Original model, spirit level
As regular readers may remember, I built spirit level late last year, but was unhappy with several aspects of it.
Well, I've almost finished rebuilding it: bigger (4 inches wide when closed, instead of 3, 17 inches wide when opened) and better (several more models and half a side of leather later) than the original. I'm not sure where it's going to go (in the gallery/sale sense) quite yet, but I'll finally be done with it.
The building of the bigger version has been an adventure, and I'm so much happier with both the end product and the process.
I ended up making some reusable spacers in various widths and a nifty little corner-cutting jig to make my leather work both faster and more accurate, and splurged to buy a 60-mm Olfa rotary cutter, which has made working with leather sheer joy instead of frustrating trial.
The improvements in both speed and in quality are definitely measurable: I was able to construct the case entirely in just over an hour, including cutting the five pieces of board, laying them out and cutting the leather accurately, gluing the boards down, trimming the corners, gluing the turn-ins, and joining the side flaps to the outside portion.
When you consider that the first iteration took me the better part of two days -- most of which was taken up in lousy quality of my gelatine glue pot, along with poor measurement and cutting of materials -- that's pretty amazing.
All that's left is to print out the interior photo and text, cut the marbled endpapers, and finish the glue-up: using the finished case, I used some scrap paper to figure out sizes and plot where the folds will go, and adjust my InDesign file appropriately.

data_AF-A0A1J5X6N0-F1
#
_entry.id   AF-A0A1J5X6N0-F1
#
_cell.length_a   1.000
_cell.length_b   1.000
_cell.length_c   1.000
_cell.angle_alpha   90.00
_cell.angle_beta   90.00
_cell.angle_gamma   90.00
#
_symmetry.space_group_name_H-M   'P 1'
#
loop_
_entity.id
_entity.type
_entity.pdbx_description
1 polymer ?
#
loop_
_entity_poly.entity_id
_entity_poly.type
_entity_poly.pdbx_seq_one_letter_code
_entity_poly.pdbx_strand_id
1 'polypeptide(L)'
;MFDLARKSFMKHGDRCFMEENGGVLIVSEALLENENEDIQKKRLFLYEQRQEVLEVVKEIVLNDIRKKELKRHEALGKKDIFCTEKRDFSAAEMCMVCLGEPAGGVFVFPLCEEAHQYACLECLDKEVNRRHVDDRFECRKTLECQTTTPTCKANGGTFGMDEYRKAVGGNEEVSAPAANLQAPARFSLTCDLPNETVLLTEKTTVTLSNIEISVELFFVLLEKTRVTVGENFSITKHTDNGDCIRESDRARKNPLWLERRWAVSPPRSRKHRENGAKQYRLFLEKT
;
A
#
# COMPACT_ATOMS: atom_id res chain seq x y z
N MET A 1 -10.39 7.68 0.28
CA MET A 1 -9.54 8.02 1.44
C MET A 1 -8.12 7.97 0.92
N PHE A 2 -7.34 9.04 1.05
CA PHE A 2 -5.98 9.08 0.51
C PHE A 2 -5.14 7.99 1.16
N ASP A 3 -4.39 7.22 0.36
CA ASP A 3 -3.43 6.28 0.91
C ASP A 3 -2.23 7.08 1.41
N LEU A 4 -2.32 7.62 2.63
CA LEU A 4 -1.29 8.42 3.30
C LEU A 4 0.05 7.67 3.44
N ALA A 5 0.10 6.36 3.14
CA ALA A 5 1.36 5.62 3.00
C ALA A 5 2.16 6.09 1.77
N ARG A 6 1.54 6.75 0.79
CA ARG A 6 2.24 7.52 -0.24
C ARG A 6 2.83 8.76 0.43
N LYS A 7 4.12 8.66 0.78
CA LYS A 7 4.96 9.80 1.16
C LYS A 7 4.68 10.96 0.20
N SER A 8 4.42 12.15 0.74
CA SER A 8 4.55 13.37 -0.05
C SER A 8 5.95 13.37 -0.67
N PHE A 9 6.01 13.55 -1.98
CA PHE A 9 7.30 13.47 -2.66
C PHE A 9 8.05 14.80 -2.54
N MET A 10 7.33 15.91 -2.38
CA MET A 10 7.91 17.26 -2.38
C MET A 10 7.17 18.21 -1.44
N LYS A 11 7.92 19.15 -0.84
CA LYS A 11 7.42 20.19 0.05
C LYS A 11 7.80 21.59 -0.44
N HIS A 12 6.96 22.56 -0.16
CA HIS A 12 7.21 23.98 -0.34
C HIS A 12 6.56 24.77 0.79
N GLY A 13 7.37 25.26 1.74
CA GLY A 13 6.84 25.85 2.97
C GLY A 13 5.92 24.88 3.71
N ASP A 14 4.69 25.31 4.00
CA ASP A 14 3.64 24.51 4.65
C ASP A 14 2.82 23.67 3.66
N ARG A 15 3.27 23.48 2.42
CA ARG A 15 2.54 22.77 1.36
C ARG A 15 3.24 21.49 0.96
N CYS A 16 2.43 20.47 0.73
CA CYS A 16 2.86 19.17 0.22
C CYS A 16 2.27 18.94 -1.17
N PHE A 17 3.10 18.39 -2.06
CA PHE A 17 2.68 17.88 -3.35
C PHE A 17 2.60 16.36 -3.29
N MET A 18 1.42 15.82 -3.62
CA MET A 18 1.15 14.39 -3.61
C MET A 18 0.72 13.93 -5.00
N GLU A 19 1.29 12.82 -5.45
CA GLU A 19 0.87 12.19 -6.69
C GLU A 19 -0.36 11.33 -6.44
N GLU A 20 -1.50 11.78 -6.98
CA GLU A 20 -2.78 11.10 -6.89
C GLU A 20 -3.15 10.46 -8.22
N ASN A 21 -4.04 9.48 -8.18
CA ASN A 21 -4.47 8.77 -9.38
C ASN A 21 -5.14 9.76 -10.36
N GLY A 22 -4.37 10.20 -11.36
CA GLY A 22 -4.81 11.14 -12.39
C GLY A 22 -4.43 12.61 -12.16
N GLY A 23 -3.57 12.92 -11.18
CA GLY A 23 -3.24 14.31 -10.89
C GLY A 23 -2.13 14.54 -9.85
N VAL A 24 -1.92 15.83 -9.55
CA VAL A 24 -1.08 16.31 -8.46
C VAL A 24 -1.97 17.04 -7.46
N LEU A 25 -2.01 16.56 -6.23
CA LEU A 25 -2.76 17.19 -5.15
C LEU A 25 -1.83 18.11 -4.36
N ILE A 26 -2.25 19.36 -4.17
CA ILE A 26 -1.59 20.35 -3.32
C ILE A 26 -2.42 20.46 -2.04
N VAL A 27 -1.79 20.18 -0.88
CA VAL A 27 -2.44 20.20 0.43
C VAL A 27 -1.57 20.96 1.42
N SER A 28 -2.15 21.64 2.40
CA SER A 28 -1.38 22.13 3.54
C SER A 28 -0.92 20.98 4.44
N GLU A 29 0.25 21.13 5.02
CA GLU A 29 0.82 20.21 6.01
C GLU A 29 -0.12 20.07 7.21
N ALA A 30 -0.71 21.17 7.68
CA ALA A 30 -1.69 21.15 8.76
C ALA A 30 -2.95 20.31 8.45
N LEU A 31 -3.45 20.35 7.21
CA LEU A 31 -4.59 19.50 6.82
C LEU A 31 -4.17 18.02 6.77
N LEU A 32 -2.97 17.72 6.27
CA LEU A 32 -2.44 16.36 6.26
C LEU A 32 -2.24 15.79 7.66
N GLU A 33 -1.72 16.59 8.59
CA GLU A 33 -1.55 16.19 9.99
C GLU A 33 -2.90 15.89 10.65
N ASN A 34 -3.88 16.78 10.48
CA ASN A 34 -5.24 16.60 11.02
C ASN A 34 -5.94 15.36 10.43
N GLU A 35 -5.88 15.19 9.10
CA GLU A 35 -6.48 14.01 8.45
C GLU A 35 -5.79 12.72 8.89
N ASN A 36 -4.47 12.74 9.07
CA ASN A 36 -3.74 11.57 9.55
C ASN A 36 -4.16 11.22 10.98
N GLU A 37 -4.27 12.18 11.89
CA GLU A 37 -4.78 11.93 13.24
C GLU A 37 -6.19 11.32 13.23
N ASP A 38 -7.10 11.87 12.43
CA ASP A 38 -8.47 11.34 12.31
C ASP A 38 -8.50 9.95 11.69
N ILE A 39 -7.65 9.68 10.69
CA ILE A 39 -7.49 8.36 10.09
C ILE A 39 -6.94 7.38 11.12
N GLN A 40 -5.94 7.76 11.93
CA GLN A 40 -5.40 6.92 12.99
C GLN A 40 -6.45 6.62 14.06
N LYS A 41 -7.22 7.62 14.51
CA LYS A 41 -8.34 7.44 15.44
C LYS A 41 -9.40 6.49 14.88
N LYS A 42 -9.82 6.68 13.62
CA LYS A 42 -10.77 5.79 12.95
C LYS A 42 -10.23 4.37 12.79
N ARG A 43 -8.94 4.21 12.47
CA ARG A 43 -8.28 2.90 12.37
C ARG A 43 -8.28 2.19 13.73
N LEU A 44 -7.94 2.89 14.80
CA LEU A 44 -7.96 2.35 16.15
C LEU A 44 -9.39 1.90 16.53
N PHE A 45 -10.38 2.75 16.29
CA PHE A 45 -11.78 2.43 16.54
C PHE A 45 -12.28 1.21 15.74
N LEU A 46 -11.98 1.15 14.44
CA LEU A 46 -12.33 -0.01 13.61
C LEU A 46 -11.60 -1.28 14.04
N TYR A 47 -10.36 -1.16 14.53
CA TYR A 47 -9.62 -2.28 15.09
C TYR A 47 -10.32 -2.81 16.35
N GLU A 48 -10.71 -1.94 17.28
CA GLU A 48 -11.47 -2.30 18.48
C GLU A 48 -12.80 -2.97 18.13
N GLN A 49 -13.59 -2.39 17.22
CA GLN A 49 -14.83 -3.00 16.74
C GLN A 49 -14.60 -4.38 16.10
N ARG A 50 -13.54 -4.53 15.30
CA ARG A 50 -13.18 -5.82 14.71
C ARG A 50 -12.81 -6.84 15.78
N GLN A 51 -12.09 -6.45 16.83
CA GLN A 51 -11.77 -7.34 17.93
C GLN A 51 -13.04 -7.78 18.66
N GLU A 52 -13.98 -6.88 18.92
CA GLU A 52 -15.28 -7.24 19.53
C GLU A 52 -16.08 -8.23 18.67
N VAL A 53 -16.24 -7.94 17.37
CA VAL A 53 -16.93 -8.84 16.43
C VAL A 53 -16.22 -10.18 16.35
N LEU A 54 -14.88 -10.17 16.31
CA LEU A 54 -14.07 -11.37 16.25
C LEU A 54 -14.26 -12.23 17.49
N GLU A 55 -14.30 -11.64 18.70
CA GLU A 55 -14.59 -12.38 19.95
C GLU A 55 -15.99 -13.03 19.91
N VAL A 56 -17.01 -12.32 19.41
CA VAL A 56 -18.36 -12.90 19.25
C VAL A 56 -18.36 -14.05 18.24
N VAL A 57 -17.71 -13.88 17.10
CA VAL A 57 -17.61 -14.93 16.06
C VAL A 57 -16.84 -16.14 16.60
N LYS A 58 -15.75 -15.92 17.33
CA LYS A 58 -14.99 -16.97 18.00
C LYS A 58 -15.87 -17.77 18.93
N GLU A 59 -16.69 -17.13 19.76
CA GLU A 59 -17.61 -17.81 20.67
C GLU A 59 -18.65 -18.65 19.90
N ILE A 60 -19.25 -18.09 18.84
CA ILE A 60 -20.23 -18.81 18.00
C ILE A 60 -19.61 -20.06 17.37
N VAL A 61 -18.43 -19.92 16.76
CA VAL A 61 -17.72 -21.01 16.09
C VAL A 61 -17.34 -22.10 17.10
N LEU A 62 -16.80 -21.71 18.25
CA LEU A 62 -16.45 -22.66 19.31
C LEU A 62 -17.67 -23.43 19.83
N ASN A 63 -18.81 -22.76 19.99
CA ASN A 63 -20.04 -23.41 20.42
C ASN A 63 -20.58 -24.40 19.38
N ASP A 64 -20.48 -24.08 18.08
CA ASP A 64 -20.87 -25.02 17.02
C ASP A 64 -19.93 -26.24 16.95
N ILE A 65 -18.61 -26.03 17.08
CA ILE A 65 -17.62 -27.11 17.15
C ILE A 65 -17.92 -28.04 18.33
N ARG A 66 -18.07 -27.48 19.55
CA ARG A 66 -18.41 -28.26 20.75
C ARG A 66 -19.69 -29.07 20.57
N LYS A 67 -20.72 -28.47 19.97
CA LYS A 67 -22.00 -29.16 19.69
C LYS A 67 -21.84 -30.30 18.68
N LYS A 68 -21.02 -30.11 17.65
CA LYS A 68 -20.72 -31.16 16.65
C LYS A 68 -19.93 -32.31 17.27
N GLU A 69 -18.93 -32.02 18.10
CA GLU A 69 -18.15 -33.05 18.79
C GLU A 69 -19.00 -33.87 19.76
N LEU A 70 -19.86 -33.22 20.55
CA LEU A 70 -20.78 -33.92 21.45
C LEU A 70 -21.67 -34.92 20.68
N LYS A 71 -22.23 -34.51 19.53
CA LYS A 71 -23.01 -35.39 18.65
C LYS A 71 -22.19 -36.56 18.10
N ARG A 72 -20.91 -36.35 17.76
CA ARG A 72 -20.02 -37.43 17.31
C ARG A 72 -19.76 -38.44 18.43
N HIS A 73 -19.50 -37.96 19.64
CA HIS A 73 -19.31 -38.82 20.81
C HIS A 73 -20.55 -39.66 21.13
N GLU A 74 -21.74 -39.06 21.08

But I will take tomorrow off from books, or at least building them: I've got a greenhouse to construct, plants to repot, and a lot of time to spend doing laundry.
Canoists on the Bow River this past weekend. It was a warm day, but that water is coming straight off of this year's snowpack. Brrrrr!
Wednesday, 27 May 2009
Thursday, 7 May 2009
The spring mating of snakes is a well known phenomenon in parts of Canada -- in particular, the red garter snakes of Narcisse, MB.
Imagine my surprise, when out running a few errands last Friday (a warm and sunny day), when I stumbled on the same phenomenon, albeit on a much smaller scale, in central Calgary.
Granted, I'm no herpetophile, but it's pretty fascinating.
Of course, today's weather is also spring here in Calgary -- dull grey rain. The weather office radar shows snow on the western edge of the city.
Which means it's too dark to knit without putting a light on, even in mid-morning. I've been on a socks kick lately (in my alleged spare time), but with finishing off my fourth pair within two months, I think I'll take a break for awhile. Here are the two most recent sets....
And a new blog has crossed my way: Impractical Labor in the Service of the Speculative Arts (ILSSA).
From their blog: Impractical Labor in Service of the Speculative Arts is a new organization for those who make experimental or conceptual work with obsolete technology. ...
Impractical Labor is a protest against contemporary industrial practices and values. Instead it favors independent workshop production by antiquated means and in relatively limited quantities. Economy of scale goes out the window, as does the myth that time must equal money. Impractical Labor seeks to restore the relationship between a maker and her tools; a maker and her time; a maker and what she makes. The process is the end, not the product. Impractical Labor is idealized labor: the labor of love.
Posted by Linda at 10:04